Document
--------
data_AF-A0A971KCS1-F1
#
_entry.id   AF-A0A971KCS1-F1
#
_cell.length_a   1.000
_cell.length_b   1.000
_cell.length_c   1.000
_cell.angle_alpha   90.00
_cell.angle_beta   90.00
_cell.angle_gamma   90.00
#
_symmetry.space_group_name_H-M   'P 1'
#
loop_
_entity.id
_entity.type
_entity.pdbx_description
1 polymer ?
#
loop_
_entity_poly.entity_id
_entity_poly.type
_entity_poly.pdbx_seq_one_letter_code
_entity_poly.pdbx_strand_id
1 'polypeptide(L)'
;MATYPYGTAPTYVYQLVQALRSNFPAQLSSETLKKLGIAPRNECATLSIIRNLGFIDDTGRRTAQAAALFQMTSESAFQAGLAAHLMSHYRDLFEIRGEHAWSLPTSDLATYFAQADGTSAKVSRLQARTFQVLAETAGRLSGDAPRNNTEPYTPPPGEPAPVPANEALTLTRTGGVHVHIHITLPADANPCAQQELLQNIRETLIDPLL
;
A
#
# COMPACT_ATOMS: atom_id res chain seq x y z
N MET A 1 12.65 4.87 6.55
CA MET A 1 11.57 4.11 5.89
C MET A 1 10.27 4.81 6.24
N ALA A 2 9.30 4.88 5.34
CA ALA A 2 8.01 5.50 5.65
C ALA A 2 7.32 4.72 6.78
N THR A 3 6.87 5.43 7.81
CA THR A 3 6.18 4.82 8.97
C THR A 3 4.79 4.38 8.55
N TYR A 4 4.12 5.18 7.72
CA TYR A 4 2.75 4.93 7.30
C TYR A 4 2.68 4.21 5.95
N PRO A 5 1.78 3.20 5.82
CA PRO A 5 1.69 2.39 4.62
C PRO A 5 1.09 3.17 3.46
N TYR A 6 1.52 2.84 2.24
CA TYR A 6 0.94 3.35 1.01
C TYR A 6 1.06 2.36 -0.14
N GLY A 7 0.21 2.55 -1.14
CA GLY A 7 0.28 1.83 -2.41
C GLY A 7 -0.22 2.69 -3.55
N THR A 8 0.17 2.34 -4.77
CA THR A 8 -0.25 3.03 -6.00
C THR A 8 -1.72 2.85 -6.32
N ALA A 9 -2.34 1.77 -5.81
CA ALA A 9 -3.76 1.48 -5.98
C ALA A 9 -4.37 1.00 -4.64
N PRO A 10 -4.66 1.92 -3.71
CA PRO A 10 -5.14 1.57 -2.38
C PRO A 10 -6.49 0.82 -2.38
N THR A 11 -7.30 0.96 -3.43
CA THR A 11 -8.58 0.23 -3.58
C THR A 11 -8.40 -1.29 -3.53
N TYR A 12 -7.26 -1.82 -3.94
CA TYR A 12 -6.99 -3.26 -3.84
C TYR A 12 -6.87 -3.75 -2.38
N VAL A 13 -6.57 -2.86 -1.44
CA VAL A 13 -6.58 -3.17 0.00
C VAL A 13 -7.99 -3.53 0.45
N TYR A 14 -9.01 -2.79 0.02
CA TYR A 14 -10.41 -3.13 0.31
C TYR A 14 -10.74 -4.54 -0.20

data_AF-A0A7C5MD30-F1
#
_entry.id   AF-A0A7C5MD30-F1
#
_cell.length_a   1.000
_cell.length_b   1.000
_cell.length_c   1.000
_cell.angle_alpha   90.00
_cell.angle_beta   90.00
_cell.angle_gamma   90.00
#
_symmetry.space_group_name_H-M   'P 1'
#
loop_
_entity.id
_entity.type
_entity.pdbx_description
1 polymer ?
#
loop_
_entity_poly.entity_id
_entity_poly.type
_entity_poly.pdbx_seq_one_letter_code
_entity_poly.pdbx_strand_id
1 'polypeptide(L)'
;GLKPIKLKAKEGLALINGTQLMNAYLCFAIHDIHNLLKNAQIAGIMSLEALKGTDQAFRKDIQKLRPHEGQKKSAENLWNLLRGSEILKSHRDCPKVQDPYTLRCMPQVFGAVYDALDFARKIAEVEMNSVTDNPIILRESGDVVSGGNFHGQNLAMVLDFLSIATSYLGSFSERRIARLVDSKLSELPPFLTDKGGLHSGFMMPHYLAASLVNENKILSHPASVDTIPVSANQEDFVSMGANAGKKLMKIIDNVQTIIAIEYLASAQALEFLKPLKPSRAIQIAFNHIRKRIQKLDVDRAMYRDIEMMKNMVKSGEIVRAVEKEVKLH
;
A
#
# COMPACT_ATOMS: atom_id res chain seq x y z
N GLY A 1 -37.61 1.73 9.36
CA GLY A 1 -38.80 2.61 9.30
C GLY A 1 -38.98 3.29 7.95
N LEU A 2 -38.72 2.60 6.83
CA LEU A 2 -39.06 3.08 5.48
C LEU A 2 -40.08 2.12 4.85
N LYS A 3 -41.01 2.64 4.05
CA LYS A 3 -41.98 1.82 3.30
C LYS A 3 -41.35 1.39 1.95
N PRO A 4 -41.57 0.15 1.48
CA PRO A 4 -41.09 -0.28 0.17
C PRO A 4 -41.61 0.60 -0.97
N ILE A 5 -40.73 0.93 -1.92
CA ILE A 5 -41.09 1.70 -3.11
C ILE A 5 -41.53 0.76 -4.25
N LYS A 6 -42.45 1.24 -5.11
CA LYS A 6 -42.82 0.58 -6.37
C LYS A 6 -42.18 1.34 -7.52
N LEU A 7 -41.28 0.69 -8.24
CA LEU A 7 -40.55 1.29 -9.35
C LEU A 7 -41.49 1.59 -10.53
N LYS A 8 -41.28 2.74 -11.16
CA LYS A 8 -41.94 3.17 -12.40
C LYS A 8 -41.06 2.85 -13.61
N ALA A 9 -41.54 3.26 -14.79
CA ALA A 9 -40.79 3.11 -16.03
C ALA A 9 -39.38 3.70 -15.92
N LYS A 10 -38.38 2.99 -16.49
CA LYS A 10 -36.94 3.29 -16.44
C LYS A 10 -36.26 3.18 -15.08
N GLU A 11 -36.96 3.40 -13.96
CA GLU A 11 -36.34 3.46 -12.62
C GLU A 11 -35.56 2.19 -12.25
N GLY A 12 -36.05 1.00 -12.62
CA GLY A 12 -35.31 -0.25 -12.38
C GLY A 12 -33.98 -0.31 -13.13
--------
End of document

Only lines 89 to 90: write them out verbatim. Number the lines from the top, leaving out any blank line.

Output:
_entity.pdbx_description
1 polymer ?